7. 7. Key Terms • Racialization: – Certain groups of people come to be labelled as distinct biological groups on the basis of naturally occurring physical features: • From 15th Century, Europeans came into contact with others, attempts were made to categorize • These attempts have taken codified, institutionalized forms (e.g. apartheid) • Social institutions have become racialized; CJS, education • ‘Race’ may be disregarded, but remember W.I. Thomas’s theorem: ‘if men define situations as real, they are real in their consequences’ (1928)
  8. 8. Key terms • Ethnicity – purely social in meaning – Cultural practices and outlook of given community of people which distinguishes them from others – Members may see themselves as culturally distinct, and others may see themselves as culturally distinct. – Ethnic differences are learned – Produced and reproduced over time: maintained by tradition – Exclusionary devices: • Prohibition of intermarriage
  9. 9. Key Terms • Minority groups – Members of groups which are disadvantaged when compared with the dominant group according to power, wealth and prestige – Have some sense of group solidarity (belonging together) • Minorities draws attention to inequalities: – Homosexuals and Pakistanis are both minority groups: do they experience subordination equally?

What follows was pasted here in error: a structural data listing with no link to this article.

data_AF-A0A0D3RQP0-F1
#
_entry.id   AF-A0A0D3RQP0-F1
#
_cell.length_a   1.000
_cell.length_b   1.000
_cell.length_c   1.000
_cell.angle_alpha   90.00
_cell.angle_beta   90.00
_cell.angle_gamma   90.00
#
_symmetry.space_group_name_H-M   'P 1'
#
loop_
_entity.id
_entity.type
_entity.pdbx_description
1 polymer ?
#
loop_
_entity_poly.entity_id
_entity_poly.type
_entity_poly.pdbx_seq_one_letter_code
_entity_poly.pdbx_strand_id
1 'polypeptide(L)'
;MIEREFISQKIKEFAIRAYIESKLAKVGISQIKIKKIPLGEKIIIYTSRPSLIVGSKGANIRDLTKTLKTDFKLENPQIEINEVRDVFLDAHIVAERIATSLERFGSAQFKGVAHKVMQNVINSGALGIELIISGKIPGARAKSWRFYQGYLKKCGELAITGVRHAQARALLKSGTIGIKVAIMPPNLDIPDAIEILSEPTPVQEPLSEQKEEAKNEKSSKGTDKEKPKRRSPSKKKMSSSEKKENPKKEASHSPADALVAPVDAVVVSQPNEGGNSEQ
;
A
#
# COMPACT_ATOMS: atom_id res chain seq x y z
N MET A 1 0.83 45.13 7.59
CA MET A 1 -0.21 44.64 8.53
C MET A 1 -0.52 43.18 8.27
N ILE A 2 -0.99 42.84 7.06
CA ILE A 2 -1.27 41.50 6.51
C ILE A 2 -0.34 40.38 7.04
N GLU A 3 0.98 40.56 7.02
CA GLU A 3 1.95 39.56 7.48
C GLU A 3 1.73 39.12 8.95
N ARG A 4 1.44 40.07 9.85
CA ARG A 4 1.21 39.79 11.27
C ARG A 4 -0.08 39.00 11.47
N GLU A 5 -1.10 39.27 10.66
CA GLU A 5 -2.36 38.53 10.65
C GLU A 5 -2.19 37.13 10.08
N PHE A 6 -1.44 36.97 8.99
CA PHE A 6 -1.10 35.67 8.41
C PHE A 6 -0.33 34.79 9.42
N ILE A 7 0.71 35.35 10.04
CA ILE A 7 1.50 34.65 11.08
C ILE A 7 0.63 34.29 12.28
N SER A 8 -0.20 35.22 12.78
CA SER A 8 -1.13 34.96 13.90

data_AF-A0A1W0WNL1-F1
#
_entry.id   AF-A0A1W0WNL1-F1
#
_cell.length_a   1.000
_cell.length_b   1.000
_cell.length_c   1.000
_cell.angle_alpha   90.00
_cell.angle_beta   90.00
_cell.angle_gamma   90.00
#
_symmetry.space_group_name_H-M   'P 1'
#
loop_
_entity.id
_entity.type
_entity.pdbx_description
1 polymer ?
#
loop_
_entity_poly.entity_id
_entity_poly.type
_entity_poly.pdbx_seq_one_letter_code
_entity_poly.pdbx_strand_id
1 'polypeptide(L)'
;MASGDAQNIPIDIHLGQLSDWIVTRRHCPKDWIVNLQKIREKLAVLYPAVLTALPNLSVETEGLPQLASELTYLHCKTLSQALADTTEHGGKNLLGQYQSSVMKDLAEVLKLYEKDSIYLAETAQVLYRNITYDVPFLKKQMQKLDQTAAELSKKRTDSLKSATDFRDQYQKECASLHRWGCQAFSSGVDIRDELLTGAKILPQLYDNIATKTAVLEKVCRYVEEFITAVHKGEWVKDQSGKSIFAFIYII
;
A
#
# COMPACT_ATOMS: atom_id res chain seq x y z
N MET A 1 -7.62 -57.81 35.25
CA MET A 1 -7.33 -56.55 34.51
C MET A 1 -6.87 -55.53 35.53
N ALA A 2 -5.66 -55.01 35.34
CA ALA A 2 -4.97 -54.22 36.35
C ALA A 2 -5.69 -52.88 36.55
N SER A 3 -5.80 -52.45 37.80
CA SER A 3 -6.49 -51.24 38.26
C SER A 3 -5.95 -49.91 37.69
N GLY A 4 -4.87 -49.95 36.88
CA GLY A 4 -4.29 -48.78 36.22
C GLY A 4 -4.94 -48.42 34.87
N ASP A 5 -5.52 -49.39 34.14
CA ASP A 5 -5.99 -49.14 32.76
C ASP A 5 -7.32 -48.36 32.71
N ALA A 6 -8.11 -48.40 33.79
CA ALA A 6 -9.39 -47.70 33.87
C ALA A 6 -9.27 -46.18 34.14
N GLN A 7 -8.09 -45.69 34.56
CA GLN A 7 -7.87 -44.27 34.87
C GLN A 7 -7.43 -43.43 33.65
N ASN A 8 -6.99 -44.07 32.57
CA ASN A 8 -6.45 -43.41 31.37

10. 10. Figure 11.3 The Rainbow Coalition, US Census 2000: percentages of population by race and Latino categories Source: Adapted from US Bureau of the Census (2000)
  11. 11. Critical thinking • What’s the difference between discrimination and prejudice?
  12. 12. Prejudice • opinions or attitudes held by members of one group towards another. • Internalised Norms: learned (learned from where?) • Often: stereotypes: – ‘All black men are good at sport’ /‘All Chinese students are hard working.’ – Displacement psychoanalytic idea; projection of negative feelings towards self to outside object – Scapegoating: two ethnic minorities competing for economic position; blame others for position. – Simpson & Yinger (1986) black males thought to be highly dangerous to white women, when virtually all criminal sexual contact was initiated by white men against black women
  13. 13. Discrimination • Actual behaviour: – Disqualify members of one group from opportunities open to others – May rest on prejudice; but not necessarily • Bertrand & Mullainathan (2003) • White names receive 50 percent more callbacks for interviews. • Race affects the benefits of a better CV. – White names, gets 30 % more • Applicants living in better neighborhoods receive more callbacks but: – this effect does not differ by race. • Amount of discrimination is uniform across occupations and industries. • Federal contractors and employers who list “Equal Opportunity Employer” in their ad discriminate as much as other employers. Bertrand & Mullainathan (2003), ‘Are Emily and Greg more employable than Lakisha and Jamal? A field experiment on labor market discrimination’Working Paper 9873, National Bureau of Economic Research http://www.nber.org/papers/w9873